SpaceX’s Falcon 9 rocket successfully took off from California on Saturday in its first launch since an explosion in September.
SpaceX announced the successful liftoff at 9:54 a.m. PT as the Falcon 9 launched from Vandenberg Air Force Base, 160 miles northwest of Los Angeles, on a mission to deliver 10 commercial satellites into space for global satellite communications company Iridium.
Following the launch, SpaceX also announced that the lower part of the rocket also successfully landed on a floating platform in the Pacific Ocean known as “Just Read the Instructions.”
The return landings are part of the company’s goal to reuse rocket components in multiple launches to conserve money, according to the Wall Street Journal.
Falcon 9 was originally scheduled to launch on Jan. 8, but high winds and rains at the launch site delayed the mission until Saturday.
The 10 satellites are the first of 70 that SpaceX plans to launch into orbit as part of Iridium’s next generation global satellite constellation, Iridium NEXT.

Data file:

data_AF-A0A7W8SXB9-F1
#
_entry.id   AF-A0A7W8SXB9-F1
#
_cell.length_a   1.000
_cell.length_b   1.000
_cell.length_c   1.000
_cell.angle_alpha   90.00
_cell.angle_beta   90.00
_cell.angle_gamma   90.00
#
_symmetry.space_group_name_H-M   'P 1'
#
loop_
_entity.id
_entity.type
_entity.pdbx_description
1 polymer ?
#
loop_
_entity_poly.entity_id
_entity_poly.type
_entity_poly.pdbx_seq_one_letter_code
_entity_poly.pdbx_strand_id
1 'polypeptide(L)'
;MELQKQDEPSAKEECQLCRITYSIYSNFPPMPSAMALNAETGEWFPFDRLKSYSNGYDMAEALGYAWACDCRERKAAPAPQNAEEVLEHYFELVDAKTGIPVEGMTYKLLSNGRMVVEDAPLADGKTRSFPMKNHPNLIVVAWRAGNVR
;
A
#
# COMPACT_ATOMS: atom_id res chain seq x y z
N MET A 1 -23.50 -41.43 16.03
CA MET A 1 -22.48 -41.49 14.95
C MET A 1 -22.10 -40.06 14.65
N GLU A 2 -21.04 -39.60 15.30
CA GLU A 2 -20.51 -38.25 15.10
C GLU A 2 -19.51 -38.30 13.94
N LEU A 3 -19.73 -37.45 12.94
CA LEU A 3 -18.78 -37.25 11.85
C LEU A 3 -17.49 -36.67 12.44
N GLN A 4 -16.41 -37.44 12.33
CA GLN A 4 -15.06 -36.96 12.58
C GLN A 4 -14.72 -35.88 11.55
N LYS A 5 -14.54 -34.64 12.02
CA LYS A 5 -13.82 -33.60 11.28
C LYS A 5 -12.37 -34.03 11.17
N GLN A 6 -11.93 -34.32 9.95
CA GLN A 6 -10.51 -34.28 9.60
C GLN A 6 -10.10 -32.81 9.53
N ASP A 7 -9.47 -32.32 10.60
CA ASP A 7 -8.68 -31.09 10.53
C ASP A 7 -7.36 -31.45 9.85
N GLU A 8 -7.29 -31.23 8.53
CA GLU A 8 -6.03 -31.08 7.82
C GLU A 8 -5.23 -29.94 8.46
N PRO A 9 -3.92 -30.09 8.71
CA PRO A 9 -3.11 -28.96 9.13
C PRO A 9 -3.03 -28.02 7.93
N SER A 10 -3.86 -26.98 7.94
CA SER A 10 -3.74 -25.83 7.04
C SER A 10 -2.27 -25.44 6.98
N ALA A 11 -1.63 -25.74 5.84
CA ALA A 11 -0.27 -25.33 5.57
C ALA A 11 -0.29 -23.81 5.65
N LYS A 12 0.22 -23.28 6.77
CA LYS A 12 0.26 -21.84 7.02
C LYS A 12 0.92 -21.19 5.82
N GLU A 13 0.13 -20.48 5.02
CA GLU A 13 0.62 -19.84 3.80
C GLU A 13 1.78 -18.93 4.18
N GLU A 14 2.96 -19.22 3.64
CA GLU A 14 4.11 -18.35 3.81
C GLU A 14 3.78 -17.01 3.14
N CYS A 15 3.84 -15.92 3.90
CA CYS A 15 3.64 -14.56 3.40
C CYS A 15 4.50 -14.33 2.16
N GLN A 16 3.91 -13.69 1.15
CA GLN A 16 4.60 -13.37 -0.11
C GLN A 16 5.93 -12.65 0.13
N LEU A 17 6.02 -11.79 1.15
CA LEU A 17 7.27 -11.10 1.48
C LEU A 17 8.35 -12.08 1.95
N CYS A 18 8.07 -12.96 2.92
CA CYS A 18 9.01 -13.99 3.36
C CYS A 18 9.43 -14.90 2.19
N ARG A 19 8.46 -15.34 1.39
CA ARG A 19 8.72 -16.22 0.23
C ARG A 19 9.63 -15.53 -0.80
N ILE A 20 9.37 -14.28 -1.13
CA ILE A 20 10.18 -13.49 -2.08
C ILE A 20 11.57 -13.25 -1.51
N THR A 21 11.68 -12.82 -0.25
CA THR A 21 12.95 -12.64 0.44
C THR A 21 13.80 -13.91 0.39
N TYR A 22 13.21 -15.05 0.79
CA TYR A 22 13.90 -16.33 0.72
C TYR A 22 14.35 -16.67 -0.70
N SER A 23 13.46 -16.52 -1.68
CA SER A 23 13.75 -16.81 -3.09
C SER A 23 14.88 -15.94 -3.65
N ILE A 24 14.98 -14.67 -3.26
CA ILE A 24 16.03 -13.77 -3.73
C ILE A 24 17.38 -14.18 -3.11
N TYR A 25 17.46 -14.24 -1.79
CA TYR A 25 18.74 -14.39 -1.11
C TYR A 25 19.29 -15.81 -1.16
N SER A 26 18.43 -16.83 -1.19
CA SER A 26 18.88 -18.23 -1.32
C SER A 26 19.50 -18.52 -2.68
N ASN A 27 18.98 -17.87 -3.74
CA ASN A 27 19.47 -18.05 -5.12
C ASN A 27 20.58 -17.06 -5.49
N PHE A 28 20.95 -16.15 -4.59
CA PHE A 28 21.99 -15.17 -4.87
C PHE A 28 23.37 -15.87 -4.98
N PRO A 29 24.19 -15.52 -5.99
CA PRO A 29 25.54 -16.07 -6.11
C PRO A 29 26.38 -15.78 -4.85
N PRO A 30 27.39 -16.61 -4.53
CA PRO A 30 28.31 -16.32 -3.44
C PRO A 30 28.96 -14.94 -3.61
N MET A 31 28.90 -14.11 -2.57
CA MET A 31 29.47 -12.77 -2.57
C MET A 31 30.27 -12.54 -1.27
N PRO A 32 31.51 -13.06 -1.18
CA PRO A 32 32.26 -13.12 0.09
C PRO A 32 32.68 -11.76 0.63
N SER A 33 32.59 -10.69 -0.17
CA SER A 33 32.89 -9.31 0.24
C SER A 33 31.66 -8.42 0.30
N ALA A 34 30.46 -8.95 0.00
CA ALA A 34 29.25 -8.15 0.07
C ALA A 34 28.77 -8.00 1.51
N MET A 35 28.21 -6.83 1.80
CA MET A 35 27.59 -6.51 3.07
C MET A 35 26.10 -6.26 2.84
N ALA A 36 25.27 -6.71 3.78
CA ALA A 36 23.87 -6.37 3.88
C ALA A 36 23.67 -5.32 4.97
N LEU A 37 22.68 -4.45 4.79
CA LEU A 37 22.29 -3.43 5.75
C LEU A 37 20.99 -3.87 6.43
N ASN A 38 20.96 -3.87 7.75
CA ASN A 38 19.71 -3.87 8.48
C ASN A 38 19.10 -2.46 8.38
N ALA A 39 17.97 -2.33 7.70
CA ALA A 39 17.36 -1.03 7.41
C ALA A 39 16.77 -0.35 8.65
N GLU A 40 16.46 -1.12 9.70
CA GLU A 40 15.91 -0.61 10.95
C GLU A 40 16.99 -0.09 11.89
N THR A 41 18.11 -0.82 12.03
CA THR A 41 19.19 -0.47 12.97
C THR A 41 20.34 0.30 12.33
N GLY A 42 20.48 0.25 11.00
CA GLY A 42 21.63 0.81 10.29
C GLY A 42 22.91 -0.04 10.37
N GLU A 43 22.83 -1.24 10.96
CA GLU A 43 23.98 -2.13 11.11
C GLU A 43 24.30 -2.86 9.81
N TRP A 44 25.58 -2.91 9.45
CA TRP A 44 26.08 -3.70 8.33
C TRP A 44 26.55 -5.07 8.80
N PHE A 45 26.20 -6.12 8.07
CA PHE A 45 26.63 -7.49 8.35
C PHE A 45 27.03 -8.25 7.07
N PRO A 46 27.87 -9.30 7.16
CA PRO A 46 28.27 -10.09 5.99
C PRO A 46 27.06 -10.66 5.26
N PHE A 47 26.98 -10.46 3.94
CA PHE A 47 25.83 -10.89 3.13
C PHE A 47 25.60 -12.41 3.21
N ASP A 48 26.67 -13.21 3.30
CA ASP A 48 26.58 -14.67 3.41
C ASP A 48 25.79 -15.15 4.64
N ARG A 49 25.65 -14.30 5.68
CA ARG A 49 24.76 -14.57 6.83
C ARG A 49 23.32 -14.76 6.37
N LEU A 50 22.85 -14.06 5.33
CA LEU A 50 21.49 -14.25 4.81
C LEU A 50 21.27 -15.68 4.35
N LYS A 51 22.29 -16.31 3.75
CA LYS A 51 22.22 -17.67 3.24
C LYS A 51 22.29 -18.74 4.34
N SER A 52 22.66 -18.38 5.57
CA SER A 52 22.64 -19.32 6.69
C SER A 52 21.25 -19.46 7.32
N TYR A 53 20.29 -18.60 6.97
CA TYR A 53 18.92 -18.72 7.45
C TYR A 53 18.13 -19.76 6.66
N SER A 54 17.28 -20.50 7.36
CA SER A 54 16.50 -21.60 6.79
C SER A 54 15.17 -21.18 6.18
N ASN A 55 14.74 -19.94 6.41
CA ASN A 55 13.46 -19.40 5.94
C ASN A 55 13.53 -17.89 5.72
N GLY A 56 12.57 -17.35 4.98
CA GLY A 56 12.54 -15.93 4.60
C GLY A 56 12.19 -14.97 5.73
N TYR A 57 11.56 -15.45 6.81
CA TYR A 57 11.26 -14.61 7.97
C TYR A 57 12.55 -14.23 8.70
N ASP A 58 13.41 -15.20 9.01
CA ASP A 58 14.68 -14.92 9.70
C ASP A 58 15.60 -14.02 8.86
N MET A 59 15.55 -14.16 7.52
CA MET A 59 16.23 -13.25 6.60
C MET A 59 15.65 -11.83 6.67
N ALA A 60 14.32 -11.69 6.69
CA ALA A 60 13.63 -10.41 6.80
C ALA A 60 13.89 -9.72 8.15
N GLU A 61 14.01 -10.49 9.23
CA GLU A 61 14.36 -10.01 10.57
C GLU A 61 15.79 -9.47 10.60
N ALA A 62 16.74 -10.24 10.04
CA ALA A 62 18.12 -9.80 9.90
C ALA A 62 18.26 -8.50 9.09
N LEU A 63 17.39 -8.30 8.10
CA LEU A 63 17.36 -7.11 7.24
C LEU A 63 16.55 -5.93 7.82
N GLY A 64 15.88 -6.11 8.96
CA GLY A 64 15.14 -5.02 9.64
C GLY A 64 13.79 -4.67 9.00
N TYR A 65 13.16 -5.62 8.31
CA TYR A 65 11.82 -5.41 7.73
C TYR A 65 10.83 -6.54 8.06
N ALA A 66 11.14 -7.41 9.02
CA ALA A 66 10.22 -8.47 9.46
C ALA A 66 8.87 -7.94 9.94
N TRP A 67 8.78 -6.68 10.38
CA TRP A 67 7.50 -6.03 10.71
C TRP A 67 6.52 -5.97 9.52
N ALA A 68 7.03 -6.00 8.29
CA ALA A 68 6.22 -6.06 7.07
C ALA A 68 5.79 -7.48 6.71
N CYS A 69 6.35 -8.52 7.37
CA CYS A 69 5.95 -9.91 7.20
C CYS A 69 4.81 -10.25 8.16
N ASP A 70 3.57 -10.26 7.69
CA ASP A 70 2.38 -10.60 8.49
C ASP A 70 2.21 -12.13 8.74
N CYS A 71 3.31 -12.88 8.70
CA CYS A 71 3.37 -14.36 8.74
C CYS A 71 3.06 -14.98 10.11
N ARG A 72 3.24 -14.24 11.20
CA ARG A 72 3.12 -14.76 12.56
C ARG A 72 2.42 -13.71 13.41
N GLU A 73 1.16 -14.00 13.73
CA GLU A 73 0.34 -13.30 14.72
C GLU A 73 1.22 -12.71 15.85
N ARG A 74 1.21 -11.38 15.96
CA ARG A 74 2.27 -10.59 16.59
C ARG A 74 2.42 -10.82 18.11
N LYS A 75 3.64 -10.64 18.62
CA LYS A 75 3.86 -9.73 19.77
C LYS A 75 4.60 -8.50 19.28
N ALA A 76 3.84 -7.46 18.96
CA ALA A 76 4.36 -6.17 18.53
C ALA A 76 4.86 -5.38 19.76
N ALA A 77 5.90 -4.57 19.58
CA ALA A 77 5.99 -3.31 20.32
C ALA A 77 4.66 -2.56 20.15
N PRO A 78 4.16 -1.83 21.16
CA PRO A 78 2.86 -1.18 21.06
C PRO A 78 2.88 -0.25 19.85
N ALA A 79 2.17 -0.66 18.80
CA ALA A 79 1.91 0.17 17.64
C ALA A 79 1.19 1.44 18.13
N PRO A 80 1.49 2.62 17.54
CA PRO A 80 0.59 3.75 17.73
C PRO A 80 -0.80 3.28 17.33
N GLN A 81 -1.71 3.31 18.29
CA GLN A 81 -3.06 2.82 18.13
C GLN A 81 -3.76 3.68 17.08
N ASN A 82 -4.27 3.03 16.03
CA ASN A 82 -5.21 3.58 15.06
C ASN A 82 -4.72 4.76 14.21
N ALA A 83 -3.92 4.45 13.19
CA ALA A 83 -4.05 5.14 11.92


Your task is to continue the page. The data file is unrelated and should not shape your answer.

“Iridium NEXT will replace the world’s largest commercial satellite network of low-earth orbit satellites in what will be one of the largest ‘tech upgrades’ in history,” the company said in a statement.
The $3 billion operation will replace 66 older satellites in order to improve mobile voice and data services for the maritime and aviation industries and allow the development of “new and innovative products and solutions” for Iridium’s partners, according to Florida Today.
“It’s going to be an amazing technical feat in itself to accomplish that over the next 15 months or so,” Iridium CEO Matt Desch said.
Desch also said Iridium is “deeply involved” in the investigation into the September explosion and is confident SpaceX had addressed the potential causes.
“We thought they were thorough, we thought they were being careful,” he said. “We know that their interests are aligned with ours. They want to be successful.”
Filed Under: Aerospace + defense